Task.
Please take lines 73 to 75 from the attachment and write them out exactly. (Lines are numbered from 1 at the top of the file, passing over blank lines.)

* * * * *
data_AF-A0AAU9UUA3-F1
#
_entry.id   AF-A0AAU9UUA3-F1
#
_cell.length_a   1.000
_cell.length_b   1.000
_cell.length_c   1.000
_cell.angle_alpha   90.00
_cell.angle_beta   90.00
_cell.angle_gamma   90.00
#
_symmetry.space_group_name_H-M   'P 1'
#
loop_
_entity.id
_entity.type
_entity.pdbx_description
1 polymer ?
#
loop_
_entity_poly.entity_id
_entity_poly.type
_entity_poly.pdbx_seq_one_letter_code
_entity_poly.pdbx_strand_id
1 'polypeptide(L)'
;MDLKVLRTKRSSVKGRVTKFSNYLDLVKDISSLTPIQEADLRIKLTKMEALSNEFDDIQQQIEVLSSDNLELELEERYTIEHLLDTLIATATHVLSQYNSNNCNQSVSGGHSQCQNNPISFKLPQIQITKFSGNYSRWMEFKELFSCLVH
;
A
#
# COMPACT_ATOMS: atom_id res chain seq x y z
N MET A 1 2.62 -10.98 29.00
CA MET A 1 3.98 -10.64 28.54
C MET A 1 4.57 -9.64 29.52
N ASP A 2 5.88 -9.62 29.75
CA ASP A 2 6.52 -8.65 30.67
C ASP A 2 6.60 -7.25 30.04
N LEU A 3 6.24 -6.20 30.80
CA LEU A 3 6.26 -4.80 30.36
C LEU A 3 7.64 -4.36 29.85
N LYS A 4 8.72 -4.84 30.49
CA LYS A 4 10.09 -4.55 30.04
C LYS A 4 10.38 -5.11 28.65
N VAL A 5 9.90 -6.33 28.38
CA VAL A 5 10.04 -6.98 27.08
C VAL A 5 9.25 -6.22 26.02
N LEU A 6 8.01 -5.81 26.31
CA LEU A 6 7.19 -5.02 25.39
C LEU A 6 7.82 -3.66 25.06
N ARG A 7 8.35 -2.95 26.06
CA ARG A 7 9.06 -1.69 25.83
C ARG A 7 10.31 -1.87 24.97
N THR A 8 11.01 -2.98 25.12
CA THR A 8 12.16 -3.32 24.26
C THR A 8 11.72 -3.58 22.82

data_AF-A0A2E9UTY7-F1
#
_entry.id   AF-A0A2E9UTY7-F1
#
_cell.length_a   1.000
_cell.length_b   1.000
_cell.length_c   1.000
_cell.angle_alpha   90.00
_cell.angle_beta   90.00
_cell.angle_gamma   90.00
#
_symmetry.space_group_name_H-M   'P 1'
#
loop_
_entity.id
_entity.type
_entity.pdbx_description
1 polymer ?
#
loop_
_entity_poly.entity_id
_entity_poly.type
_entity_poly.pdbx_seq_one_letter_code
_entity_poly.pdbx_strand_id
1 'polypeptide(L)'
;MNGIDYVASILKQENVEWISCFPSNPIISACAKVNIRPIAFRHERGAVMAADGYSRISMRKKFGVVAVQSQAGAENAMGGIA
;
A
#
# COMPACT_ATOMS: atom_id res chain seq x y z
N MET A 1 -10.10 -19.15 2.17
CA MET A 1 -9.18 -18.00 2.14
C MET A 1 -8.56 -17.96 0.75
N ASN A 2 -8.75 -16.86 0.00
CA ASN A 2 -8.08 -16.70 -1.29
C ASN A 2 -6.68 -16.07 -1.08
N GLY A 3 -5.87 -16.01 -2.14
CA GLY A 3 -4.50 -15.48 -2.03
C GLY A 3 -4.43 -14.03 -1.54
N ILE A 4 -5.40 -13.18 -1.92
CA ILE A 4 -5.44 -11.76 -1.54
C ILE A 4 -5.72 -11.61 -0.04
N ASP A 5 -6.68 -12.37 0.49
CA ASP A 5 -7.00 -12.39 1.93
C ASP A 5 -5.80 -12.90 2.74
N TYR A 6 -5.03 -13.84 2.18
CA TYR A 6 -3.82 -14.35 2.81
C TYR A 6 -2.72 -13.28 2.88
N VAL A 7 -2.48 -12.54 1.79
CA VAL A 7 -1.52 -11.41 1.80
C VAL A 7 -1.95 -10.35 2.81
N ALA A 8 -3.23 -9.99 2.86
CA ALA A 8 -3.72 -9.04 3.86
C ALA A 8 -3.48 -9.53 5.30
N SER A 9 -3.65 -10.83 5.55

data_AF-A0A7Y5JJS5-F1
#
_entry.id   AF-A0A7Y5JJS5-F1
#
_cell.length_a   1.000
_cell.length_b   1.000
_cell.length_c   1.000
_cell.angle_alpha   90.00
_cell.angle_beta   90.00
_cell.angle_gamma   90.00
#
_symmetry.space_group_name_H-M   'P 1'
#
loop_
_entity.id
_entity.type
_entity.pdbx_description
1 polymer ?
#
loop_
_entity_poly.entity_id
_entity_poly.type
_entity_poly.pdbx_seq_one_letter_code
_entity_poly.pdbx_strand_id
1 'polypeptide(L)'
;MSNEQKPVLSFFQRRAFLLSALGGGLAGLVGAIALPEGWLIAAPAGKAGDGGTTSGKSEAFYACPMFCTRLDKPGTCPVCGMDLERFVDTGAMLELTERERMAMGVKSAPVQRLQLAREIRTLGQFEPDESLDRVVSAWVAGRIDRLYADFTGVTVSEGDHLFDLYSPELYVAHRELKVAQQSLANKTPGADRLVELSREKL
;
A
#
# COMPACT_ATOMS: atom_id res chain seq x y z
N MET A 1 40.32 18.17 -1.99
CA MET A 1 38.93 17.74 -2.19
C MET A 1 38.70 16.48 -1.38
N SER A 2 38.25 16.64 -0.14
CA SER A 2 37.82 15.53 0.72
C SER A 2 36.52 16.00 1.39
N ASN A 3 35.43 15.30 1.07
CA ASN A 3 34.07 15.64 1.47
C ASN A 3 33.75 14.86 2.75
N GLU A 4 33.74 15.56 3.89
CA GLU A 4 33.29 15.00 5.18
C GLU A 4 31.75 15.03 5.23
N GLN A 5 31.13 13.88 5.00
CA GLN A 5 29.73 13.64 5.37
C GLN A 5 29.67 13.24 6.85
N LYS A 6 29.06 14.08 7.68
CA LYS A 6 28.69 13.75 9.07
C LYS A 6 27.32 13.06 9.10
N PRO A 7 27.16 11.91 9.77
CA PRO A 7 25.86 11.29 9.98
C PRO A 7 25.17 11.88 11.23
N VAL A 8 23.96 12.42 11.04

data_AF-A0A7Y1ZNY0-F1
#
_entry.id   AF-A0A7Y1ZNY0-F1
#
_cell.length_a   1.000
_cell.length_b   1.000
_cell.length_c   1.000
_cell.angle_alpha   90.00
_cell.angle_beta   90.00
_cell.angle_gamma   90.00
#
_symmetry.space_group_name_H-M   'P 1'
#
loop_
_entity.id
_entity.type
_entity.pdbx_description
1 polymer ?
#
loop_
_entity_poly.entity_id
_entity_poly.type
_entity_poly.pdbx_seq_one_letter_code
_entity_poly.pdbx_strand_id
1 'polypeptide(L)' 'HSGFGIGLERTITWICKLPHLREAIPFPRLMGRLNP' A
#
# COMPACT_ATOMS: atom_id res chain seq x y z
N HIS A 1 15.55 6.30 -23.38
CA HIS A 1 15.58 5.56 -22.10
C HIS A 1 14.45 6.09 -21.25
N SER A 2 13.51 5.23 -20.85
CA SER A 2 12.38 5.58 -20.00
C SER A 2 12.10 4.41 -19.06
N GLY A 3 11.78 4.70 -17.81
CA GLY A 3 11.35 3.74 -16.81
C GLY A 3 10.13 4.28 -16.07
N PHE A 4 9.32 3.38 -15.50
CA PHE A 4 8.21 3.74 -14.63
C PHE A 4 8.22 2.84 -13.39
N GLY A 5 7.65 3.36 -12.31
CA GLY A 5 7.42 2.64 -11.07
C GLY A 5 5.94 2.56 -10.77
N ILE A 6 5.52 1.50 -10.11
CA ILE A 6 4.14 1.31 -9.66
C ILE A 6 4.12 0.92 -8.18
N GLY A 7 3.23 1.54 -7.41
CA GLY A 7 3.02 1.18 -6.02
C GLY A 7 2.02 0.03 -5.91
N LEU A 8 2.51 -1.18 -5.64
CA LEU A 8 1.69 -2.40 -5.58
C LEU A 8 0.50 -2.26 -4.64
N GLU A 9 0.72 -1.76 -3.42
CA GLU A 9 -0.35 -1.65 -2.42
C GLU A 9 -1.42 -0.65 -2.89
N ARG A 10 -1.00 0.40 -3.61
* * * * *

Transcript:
#
loop_
_entity_poly.entity_id